1) Write a real or imaginary story about a time when you were impatiently waiting for something, such as early Christmas morning, waiting for a friend or relative to arrive, waiting for the bell to ring at school, or something else of your choice. 2) Write about a real or imaginary meaningful event in which your surroundings played a key role, such as a family vacation, something that happened in your backyard or the schoolyard, or something else of your choice. 3) Write a continuation of this story, such as Sarah and Jacob's wedding, a trip into town, a visit from Sarah's brother, a winter storm, or something else of your choice. The students should be encouraged to write these in the third person, even if they choose one of the first two options. This will allow them to write a piece which is more like a story than a journal entry, making them more open to sharing their stories with the rest of the class later. Closure of Lesson: Once they have completed their writing tasks (having been given one to two classes to work on them), the students will be put into groups of four to five students. Here, they will read their stories aloud for the rest of their group, who will identify the stylistic techniques used and share how the story makes them feel. (Be sure to go over rules for group work first - listen quietly to the speaker, always have something positive to say, be sure to stay on track, and remember that everyone's opinion is valuable.) This will reinforce the new techniques learned in the body of the lesson. Assessment: The students will hand in their stories so that I can check to see that every student has used at least one of the methods learned. The stories will be marked for this, not for their creativity. The practice in writing and experimentation with new styles is more important than the content. I will be sure to point out any problems with the format of the story, but this will not be marked. The students will have the option of including their stories in their portfolios.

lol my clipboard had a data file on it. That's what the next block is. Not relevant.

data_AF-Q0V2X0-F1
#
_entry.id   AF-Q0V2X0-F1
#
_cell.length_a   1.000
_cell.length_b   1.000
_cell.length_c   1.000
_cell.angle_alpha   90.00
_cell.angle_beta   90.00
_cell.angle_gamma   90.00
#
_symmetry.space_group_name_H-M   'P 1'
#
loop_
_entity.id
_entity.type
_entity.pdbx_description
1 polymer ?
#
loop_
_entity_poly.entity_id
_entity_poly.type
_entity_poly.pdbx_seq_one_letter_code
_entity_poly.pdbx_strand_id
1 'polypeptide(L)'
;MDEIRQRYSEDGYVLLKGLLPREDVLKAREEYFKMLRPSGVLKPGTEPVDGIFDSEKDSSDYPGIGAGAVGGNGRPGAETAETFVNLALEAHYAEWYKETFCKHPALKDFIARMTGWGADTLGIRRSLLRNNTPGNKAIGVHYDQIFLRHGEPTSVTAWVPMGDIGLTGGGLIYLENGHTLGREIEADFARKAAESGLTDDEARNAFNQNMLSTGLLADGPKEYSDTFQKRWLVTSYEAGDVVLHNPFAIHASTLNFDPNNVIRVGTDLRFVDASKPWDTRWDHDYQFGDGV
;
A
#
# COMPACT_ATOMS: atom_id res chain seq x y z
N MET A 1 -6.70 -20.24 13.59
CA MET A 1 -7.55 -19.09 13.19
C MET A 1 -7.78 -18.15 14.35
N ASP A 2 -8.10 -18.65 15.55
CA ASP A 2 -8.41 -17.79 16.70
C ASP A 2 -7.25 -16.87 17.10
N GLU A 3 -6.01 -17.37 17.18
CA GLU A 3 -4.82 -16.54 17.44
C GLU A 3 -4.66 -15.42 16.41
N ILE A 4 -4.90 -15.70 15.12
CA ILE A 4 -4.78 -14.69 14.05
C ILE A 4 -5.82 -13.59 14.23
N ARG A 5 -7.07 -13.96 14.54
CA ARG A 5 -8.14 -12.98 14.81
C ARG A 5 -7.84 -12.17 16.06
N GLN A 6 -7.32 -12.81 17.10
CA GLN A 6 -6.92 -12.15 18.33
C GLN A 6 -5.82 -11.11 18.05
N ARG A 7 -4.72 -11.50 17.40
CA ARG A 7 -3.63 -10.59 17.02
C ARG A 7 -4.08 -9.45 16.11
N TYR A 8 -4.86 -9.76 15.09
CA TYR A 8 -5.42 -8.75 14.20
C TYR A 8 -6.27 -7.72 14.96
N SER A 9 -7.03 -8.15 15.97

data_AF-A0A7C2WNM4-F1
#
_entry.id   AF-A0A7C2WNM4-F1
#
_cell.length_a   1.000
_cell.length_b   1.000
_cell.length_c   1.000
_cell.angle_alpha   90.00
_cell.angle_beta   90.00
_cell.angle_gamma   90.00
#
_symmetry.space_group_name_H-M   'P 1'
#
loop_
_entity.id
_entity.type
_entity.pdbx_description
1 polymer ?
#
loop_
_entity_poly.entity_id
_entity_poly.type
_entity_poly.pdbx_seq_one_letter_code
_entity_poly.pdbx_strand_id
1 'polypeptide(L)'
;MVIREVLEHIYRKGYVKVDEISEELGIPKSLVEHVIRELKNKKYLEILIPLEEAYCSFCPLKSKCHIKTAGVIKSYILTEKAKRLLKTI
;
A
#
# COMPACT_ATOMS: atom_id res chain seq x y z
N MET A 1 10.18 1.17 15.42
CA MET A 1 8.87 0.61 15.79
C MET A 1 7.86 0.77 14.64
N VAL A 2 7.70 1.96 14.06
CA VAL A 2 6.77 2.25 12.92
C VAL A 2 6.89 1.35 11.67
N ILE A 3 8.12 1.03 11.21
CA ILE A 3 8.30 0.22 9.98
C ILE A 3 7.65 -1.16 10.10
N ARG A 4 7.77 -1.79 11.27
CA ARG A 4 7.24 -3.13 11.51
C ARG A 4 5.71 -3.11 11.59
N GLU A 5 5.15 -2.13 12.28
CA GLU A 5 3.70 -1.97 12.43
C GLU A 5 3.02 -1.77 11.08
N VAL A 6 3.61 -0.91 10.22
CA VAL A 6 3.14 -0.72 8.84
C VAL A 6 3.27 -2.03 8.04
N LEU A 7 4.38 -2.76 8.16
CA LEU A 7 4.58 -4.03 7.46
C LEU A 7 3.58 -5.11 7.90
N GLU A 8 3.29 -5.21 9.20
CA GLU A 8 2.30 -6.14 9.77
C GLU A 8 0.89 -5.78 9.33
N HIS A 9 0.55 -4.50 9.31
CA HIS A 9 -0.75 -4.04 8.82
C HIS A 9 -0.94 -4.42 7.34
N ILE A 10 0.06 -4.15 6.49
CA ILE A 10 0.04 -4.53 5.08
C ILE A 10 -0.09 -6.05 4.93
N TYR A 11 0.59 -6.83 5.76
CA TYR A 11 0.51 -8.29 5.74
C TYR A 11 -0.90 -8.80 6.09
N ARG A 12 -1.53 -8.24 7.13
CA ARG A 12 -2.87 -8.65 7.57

Grade: 4 Length of Lesson: 45-50 minutes